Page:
I think learning to live in God’s strength is harder than it sounds. It is for me anyway. But at the same time, I don’t feel so defeated as I once did. In case you missed my post at the beginning of the year, I’m the one who doesn’t make New Year’s resolutions because I was so tired of trying to do the same things over and over, year after year! It gets … discouraging. But God’s promise of strength and provision of His Spirit gives hope.

Published in: on March 5, 2012 at 7:10 pm  Comments (6)  
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  1. Great post. And I think if we look at Jesus, if we read scripture and learn to hear Him speak, we end up being imitators of Christ, as dearly loved children. We are to be holy because God is holy and he’s our Father. We are to show the family likeness. I think if we look at Jesus a lot of the work we’re to do just comes naturally. Children don’t have to learn to do many of the things their parents do. They automatically mimic their parents. As they grow older, obedience takes some effort. But they are well trained and the obedience gives them joy even though it’s hard. I sometimes think that’s the way the Christian life is, too.


  2. Always need to be reminded of this. Thanks.
    Some Puritan said something like this (I can’t remember who or exactly what): Live like your salvation depended on it, but know that it has nothing to do with it. It is the works without faith issue.


  3. Sally, that’s a great analogy. Children do mimic their parents. They do it purposefully and joyfully. They want to grow up someday to be just like their mommy or their daddy. And why shouldn’t God’s children adapt that same mindset? I think you’re right that we can if we keep looking above where Christ is seated at the right hand of God.



  4. Bob, I appreciate your feedback.

    Yes, I’ve heard that expression, too. The question that came up with another writer is when are we doing work from the flesh? Aren’t those things that will burn as wood, hay, and stubble?

    So one person can go on a short term missions trip, and think it’s something that Christians should do — a duty required of us if we are to be good Christians. Someone else prays, asking God how He wants this believer to live. The next Sunday, from the pulpit is a presentation about loving our neighbors, and the opportunity to get involved in a local ministry. Christian number 2 believes this is an answer to prayer and signs up.

    Is there a difference between those? Is one doing works from self-effort, the other as a result of being led by the Holy Spirit?

    Christian 3 does not get involved in any short term ministry, reasoning that God would have had him live in another country or in an urban center if He wanted him to be involved in those places.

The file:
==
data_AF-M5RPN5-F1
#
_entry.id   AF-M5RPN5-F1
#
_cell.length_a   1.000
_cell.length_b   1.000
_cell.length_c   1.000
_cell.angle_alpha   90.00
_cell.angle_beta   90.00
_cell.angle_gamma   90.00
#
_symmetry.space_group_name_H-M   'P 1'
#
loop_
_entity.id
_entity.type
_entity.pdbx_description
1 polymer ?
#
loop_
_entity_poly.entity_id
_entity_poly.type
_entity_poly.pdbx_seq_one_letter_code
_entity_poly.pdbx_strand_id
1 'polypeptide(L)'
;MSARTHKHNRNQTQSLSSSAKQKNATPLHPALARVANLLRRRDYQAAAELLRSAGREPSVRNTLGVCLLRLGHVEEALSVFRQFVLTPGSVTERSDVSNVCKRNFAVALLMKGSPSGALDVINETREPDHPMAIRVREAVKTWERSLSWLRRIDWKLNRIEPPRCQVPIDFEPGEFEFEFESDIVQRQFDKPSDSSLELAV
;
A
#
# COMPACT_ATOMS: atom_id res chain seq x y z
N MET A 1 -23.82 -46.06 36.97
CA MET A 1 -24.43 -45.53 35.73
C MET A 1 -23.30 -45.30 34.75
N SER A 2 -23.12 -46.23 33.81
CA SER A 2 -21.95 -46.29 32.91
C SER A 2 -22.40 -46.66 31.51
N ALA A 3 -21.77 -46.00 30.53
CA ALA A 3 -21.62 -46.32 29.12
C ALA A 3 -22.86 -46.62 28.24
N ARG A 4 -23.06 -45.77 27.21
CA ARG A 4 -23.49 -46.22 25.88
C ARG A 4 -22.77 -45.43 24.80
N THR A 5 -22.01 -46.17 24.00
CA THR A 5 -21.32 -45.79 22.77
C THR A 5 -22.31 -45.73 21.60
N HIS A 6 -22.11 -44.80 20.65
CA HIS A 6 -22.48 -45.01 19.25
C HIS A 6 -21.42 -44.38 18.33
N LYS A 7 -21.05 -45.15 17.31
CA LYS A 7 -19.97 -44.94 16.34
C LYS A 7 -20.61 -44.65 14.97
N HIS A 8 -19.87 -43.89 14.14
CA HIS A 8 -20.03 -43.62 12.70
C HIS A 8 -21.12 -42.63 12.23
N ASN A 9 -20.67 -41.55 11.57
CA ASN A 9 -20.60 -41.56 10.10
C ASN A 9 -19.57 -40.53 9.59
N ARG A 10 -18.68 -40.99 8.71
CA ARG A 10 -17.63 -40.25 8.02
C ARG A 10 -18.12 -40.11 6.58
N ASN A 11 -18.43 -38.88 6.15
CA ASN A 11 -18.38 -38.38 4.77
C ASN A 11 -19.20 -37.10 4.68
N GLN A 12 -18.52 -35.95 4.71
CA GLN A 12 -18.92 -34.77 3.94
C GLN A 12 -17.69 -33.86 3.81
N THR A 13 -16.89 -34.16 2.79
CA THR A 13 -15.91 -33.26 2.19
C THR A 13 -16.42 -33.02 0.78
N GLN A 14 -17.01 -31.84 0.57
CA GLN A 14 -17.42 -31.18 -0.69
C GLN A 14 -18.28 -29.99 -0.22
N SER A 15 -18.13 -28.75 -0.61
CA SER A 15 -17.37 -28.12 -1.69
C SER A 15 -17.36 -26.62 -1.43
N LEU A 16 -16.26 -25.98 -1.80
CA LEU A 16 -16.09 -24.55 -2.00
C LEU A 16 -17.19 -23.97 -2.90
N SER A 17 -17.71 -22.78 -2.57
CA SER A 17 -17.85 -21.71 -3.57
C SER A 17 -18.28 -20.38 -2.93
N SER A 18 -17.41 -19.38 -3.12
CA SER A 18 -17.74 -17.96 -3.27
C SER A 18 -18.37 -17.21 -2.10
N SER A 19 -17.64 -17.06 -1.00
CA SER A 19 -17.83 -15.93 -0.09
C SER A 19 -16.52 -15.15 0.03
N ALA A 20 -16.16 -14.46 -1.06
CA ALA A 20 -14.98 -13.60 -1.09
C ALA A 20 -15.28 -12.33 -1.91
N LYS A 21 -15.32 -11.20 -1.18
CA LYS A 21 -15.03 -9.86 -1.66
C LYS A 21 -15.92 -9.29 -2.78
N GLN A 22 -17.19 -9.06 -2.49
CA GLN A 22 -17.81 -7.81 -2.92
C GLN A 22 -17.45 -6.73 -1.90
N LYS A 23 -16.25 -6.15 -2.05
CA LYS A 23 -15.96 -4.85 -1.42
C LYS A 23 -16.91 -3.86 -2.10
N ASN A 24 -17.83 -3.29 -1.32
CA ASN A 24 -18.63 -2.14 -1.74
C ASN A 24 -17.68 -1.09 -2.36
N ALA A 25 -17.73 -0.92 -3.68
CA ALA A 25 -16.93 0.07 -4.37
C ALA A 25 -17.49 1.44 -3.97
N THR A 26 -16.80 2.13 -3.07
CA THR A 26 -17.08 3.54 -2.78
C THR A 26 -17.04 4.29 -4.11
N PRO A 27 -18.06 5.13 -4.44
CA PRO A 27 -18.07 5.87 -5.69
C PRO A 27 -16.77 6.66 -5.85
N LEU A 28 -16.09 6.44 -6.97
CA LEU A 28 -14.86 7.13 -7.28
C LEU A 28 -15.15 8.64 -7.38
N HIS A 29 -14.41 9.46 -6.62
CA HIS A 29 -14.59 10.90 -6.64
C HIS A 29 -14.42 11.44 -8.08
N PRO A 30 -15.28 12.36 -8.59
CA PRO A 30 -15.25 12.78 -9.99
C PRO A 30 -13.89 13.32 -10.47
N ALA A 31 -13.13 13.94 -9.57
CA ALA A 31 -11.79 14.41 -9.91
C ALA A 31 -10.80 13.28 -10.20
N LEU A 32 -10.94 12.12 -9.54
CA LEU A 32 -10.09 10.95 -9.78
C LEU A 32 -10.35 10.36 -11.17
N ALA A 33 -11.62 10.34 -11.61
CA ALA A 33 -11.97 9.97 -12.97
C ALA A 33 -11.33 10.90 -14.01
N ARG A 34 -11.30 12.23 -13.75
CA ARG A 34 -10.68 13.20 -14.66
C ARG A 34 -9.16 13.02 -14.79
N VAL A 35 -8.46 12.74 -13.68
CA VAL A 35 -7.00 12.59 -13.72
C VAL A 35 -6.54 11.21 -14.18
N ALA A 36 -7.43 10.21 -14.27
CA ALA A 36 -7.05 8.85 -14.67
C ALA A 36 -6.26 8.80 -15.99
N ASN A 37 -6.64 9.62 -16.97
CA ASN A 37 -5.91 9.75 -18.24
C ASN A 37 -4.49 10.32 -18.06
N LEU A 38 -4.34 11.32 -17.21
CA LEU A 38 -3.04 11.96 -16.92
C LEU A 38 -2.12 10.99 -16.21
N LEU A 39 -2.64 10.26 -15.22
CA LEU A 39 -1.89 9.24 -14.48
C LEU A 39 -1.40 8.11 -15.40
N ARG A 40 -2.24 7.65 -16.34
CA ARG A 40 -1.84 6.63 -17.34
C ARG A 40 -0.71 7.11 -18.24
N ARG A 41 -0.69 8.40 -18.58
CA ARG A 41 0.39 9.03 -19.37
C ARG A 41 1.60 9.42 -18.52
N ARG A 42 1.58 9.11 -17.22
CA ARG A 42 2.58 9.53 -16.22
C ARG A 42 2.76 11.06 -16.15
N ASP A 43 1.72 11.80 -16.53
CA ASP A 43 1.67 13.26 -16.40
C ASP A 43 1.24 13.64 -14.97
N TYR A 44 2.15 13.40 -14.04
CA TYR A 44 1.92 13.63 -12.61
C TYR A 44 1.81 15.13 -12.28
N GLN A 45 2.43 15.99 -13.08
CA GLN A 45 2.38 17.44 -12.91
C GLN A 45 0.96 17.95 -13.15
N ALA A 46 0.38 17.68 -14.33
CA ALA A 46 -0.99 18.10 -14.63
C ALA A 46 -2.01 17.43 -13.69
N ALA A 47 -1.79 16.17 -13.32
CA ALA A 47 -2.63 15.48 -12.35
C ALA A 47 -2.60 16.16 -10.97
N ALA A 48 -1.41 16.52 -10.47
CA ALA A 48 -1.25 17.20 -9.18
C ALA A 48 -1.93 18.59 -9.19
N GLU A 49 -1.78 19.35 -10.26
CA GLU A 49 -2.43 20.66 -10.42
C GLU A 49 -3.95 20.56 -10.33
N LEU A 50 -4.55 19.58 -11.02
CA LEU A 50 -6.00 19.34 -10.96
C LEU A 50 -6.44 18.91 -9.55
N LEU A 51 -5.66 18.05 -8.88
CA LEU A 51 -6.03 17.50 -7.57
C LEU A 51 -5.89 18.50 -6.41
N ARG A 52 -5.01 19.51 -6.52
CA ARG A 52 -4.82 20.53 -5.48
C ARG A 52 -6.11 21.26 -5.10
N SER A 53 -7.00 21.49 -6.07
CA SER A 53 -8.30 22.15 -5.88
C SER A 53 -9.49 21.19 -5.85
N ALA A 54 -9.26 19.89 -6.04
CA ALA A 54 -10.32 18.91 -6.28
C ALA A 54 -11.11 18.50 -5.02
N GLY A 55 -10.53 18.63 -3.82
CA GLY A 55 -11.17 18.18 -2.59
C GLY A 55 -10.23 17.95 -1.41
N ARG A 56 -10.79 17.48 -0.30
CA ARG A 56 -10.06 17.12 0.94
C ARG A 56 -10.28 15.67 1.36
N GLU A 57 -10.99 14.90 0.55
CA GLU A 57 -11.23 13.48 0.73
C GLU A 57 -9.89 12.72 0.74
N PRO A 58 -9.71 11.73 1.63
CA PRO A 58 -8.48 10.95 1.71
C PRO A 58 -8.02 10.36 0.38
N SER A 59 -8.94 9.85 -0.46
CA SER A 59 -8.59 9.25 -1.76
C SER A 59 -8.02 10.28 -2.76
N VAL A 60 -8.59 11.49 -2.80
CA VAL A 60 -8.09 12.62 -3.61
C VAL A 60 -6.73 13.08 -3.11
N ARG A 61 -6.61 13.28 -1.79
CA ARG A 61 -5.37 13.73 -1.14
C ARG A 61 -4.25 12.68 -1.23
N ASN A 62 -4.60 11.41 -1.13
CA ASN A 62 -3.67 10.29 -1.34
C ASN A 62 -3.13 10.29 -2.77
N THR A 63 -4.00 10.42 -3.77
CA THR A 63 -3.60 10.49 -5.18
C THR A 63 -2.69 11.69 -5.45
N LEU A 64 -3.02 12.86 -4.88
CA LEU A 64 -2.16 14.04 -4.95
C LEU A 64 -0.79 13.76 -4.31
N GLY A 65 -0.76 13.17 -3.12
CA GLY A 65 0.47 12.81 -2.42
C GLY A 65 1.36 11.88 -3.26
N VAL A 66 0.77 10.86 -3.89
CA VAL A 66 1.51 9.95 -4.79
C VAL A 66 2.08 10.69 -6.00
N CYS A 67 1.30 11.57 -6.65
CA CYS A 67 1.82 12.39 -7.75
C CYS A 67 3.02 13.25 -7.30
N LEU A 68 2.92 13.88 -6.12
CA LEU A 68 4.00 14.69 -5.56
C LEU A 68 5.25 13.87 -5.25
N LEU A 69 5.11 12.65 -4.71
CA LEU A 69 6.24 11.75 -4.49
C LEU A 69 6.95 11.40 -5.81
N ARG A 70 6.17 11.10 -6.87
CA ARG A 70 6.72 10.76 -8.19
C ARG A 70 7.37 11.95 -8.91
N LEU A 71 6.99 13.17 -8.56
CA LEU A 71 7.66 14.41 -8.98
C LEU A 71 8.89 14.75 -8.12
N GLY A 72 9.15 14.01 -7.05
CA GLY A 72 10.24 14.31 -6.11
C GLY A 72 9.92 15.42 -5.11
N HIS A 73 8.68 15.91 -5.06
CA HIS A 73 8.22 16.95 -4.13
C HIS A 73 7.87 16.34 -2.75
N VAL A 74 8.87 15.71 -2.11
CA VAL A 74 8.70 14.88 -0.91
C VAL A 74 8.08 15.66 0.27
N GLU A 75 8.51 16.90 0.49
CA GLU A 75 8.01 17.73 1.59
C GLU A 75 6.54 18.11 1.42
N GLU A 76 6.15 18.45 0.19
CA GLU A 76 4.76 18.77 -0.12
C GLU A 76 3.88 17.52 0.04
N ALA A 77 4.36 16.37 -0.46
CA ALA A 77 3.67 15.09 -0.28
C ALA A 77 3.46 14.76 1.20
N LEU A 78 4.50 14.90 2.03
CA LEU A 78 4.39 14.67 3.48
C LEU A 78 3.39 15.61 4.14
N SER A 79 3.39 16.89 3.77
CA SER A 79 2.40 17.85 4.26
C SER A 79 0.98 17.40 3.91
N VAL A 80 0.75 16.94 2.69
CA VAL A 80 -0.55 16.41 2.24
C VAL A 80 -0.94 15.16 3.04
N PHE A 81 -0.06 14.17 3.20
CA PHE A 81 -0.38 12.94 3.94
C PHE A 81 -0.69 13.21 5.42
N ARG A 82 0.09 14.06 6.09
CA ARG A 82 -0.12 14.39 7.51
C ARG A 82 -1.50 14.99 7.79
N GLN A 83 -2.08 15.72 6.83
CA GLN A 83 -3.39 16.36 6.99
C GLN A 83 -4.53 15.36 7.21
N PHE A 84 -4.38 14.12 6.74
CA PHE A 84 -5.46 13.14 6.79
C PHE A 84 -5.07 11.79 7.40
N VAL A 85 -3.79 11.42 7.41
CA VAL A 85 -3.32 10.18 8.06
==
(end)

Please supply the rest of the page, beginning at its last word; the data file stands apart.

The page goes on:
Christian 4 does not go on a missions trip, but when the pastor explains the upcoming project, he writes a one-time check for the ministry.

    Christian 5 believes his gifts lie in another direction and does not get involved with the missions trip, but he commits to pray regularly for those who are going.

    The question is, which of these believers are doing a good work from their flesh, and which is depending on the Holy Spirit to work? I realize we can’t know for someone else, but is there a way of knowing for ourselves what Spirit-controlled, Spirit-filled living looks like?

    Thanks for spurring on these thoughts, Bob.



  5. The Lord is the Lord over our lives. With that thought, our lives should bear fruit because we love to obey Him.


  6. Nikole, that certainly is the “why.” The issue remains “how.” Do we wait for the Spirit to prompt us? empower us? enable us? Or do we trudge forward, trying harder today than we did yesterday? Or is there a third thing, a reliance on the Spirit and a trudging forward, trusting that God will do what He said He would do — fill us, strengthen us, answer our prayers according to His will, draw near to us, and so much more.

    The more I think about this, the more I think the life of faith means going forward, not in my strength and not waiting for the assurance that I have God’s strength, but by faith that what God has called me to do He will enable me to do as I look to Him.

    The line from Hebrews just came to me — about Abraham going, not knowing. God told him to leave home but didn’t tell him where He wanted him to go. He was just to set out and trust that God would lead him. Which, of course, He did. But we have the whole story. Abraham didn’t. He was taking off across barren land to places unknown simply because God told him to go.

    Now that’s faith. God didn’t forcibly inhabit Abraham’s body or create a set of circumstances that gave him no alternative but to go. Rather, Abraham had complete freedom to go or stay, based on nothing more than his belief in God.

    Did he go from something within himself? Yes and no. His belief was counted as righteousness, and righteousness would obey. I guess I’m looking at it as God called, Abraham responded, and together they went.